In 1970, he was arrested in Boulder, Colorado, for selling LSD and hashish.[5] In May 1970, the district attorney dropped the charges.[5]

After the United States

After leaving the United States, he went to Beirut. For unknown reasons, he also went to East Germany. When he came back to Saudi Arabia, Saudi authorities seized his passport because of his troubles abroad. He began teaching at Riyadh University and kept in touch with his girlfriend, Christine Surma, who was 26 at the time of the assassination.[4] Surma viewed the Saudi's interest "in achieving peace with Israel" as positive outcomes "not available with the previous ruler King Faisal".[7]

Assassination and trial

Royal Palace shooting

On 25 March 1975, he went to the Royal Palace in Riyadh, where King Faisal was holding a majlis. He joined a Kuwaiti delegation and lined up to meet the king. The king recognized his nephew and bent his head forward, so that the younger Faisal could kiss the king's head in a sign of respect. The prince took out a revolver from his robe and shot the King twice in the head. His third shot missed and he threw the gun away. King Faisal fell to the floor. Bodyguards with swords and submachine guns arrested the prince.[5] The king was quickly rushed to a hospital but doctors failed to save him. Before dying, King Faisal ordered that the assassin not be executed. Saudi television crews captured the entire assassination on camera.[8]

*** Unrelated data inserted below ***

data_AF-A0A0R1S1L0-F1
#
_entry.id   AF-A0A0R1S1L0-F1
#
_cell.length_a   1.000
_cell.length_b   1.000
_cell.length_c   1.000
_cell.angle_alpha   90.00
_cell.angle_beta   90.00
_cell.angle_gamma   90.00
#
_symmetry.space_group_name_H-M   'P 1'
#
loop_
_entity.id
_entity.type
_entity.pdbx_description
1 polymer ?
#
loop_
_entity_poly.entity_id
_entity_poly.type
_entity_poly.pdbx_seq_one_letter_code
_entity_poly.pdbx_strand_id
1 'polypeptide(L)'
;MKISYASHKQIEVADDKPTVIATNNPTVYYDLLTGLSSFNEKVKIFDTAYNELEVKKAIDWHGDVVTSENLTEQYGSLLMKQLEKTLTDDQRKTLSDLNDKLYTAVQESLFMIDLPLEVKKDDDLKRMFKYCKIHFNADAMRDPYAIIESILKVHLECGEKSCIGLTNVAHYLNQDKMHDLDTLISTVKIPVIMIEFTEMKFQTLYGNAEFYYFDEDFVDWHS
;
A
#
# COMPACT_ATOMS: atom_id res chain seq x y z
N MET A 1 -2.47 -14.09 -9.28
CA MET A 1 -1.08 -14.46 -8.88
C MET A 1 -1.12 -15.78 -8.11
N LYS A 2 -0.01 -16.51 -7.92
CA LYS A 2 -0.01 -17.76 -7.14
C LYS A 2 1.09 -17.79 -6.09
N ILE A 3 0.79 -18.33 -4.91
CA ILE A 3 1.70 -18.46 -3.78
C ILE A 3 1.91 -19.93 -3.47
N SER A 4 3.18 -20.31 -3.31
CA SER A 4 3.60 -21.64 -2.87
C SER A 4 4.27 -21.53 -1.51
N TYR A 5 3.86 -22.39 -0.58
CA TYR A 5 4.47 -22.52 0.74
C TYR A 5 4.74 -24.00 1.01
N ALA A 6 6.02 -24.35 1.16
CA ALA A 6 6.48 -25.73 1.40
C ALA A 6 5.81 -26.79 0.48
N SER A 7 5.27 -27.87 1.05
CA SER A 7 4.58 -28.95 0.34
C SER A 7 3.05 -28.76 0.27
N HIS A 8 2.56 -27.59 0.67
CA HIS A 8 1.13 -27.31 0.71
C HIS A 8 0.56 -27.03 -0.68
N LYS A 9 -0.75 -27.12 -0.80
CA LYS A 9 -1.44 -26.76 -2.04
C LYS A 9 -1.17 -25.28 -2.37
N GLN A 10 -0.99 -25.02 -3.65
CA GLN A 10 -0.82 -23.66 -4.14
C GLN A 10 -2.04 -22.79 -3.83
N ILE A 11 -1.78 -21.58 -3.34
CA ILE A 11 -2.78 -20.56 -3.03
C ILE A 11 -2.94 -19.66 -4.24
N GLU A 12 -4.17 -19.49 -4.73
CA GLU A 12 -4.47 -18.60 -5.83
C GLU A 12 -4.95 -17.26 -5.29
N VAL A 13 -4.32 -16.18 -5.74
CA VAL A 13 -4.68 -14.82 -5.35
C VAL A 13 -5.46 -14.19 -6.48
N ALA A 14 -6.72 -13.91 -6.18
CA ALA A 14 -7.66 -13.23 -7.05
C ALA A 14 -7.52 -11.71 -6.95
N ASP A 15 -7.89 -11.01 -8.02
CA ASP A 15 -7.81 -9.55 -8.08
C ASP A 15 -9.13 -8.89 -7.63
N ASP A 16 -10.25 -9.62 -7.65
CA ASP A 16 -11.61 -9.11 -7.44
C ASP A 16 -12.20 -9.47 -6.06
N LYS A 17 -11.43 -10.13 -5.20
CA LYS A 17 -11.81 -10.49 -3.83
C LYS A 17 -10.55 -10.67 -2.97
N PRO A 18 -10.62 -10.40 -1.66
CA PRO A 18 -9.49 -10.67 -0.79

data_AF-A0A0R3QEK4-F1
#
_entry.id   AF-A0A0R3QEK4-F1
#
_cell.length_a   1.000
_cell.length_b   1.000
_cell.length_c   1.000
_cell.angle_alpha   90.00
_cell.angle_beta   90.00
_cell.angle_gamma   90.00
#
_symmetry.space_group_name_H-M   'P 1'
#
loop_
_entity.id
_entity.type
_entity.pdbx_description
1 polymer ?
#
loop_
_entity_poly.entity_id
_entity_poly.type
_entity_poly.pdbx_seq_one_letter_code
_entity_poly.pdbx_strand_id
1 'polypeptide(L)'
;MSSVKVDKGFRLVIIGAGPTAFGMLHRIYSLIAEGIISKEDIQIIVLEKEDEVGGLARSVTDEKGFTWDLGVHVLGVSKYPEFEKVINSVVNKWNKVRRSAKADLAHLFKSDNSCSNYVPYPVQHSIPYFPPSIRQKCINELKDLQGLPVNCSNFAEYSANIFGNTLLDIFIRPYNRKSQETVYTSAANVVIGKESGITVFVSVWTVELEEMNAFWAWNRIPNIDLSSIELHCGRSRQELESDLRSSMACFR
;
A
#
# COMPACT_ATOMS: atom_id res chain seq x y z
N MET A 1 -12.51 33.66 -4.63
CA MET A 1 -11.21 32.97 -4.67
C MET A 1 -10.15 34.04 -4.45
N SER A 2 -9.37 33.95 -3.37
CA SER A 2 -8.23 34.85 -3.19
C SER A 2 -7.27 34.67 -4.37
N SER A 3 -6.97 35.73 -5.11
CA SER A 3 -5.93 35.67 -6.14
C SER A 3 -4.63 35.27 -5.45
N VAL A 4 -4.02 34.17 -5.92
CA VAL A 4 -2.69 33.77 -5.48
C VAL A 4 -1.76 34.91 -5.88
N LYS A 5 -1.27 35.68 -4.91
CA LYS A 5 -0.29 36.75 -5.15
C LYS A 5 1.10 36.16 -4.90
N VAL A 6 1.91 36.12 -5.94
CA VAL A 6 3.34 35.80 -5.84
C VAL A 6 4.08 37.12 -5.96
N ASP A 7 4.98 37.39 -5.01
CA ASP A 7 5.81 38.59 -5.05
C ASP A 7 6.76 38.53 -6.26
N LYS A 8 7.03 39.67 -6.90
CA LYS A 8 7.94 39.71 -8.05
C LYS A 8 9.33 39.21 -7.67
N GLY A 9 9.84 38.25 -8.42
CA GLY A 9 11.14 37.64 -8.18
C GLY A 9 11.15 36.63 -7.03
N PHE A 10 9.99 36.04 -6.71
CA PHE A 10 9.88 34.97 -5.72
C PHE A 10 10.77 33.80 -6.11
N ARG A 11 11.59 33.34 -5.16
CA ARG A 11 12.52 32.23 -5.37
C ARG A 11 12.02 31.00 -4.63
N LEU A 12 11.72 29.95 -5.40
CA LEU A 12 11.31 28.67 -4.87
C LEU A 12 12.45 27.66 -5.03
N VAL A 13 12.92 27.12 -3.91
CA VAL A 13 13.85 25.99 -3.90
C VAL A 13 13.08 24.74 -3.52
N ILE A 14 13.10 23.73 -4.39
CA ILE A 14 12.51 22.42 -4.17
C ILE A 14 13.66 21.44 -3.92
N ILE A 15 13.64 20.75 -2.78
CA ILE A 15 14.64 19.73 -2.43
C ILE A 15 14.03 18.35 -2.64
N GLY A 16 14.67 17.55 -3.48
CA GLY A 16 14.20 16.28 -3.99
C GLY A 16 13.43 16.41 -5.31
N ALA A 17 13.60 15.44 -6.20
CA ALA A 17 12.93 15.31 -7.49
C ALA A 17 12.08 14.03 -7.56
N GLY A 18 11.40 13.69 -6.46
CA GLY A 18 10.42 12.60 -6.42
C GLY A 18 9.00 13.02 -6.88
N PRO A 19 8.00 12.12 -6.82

Imprisonment and execution

Initial reports described Faisal bin Musaid as "mentally deranged." He was moved to a Riyadh prison.[5] However, he was later deemed sane to be tried.[9]

A sharia court found Faisal guilty of the king's murder on 18 June, and his public execution occurred hours later.[10] His brother Bandar was imprisoned for one year and later released.[2] Cars with loudspeakers drove around Riyadh publically announcing the verdict and his imminent execution, and crowds gathered in the square.[10] Faisal was led by a soldier to the execution point and was reported to have walked unsteadily.[10] Wearing white robes and blindfolded, Faisal was beheaded with a single sweep of a gold handled sword.[10] Following the execution, his head was displayed to the crowd for 15 minutes on a wooden spike, before being taken away with his body in an ambulance.[10]


Beirut newspapers claimed involvement with drugs as a motivation in the assassination. Saudi officials began to state that the prince's actions were deliberate and planned. Rumours suggested that the prince had told his mother about his assassination plans, who in turn told King Faisal who responded that "if it was Allah's will, then it would happen". Arab media implied that the prince had been a tool of the U.S. Central Intelligence Agency.[5]